October 08, 2020 / 12:16 PM / By FDC Ltd / Header Image Credit: FDC Limited
The savings rate in an economy is theoretically a function of households' disposable income, which is the income level of individuals and households after the payment of taxes. Nigeria's national savings rate was last estimated at 19.25% in 2018, 3.4% above the 15.85% recorded in 2016 when the economy was in recession.2 With the economy at the verge of another recession in 2020, the national savings rate is likely to dip again. Household income levels have been affected by the rise in unemployment levels as companies implemented cost reduction strategies to cope with COVID-induced economic disruptions. The sharp drop in income levels is likely to translate into a reduction in household savings. However, households can also become thriftier after an economic crisis based on a heightened consciousness about their previous experiences. This is evident in the uptick in savings in Nigeria after the 2016 economic recession. Hence, as much as it is expected that savings would rise as the economy rebounds, too much thriftiness among households could become detrimental to the economy
Paradox of thrift and the Nigerian economy The paradox of thrift opines that in an economic crisis with prevailing uncertainties, such as the current pandemic, people generally save to protect against further unforeseen circumstances. This implies that instead of a decline in savings to reflect lower income levels, uncertainties about the recovery of the global and domestic economy could keep savings elevated. Empirical evidence from the Nigerian economy however revealed otherwise as savings fell by 1.09% to 15.85% in 2016 from 16.94% in 2015 aligning with the reduction in income. However, in 2017 and 2018, in the aftermath of the recession and with incomes still low, Nigerians remained cautious and savings rose significantly.
A higher savings rate post-recession, despite a relatively low-income level, suggests an uptick in precautionary savings reflecting a lagged effect of the recession on savings. Invariably, as economic activities recover from the severe hit of lockdown measures, improvements in household disposable income may not impact significantly on aggregate demand due to the likely surge in precautionary savings.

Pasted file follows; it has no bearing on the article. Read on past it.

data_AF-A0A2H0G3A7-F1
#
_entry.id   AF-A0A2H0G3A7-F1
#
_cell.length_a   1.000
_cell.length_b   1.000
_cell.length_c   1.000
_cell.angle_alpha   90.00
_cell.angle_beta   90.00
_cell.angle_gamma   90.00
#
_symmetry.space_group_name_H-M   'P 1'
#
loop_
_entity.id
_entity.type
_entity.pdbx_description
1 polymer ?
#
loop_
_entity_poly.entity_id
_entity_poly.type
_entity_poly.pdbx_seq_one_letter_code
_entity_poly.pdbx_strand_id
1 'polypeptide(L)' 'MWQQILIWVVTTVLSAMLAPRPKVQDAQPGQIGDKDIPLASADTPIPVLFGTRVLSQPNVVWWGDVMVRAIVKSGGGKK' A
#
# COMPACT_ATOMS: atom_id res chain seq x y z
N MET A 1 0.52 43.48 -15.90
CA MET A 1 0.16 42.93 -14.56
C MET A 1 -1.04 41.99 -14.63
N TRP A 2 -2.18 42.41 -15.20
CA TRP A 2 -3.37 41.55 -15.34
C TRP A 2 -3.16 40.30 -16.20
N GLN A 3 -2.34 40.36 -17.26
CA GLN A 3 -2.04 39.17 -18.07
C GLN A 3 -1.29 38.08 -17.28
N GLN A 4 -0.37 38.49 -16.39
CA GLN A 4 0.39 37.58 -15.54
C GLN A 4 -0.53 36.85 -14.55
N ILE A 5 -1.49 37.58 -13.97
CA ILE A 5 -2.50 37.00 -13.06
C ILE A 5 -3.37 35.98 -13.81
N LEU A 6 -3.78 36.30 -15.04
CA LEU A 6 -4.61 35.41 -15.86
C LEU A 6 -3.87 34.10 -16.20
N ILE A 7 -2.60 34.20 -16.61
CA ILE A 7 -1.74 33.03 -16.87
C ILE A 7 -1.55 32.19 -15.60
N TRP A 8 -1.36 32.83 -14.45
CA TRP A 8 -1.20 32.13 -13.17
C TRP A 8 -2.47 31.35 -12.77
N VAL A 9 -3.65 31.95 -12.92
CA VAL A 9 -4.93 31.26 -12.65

Implications of Higher Precautionary Savings for the Nigerian economy
The tendency of individuals and households becoming thriftier post COVID-19 could prolong the anticipated recovery of the Nigerian economy. Already lock down measures, such as the restrictions on social gatherings, have compelled many households to curb spending on ceremonies as they embrace virtual mediums of interactions. Although the Nigerian government has started to gradually ease these restrictions, there is a possibility that a proportion of the citizenry will continue with the virtual platforms. Nonetheless, relaxed lockdown measures are expected to promote a rebound in economic activities, which is favorable for the country's economic growth trajectory.
Meanwhile, the likelihood of an uptick in precautionary savings, as households begin to recover from the impact of the pandemic, could weigh on the economy and slowdown the pace of recovery. The Nigerian economy contracted by 6.1% in Q2'20 from an economic growth of 1.87% in Q1'20, hinged largely on pandemic-induced economic disruptions due to lockdown measures implemented during the period.7 Nigeria is headed towards an economic recession in Q3'20 in the absence of informed policy decisions and reforms to stimulate economic growth. There is also the risk of a long road to recovery as prevailing macroeconomic conditions such as negative growth, increasing inflation, external sector weakness and growing unemployment promote higher precautionary savings among the citizenry. The attendant decline in consumption and investment levels suggests the need for increased government spending as well as the implementation of crucial economic reforms to facilitate the recovery of the economy.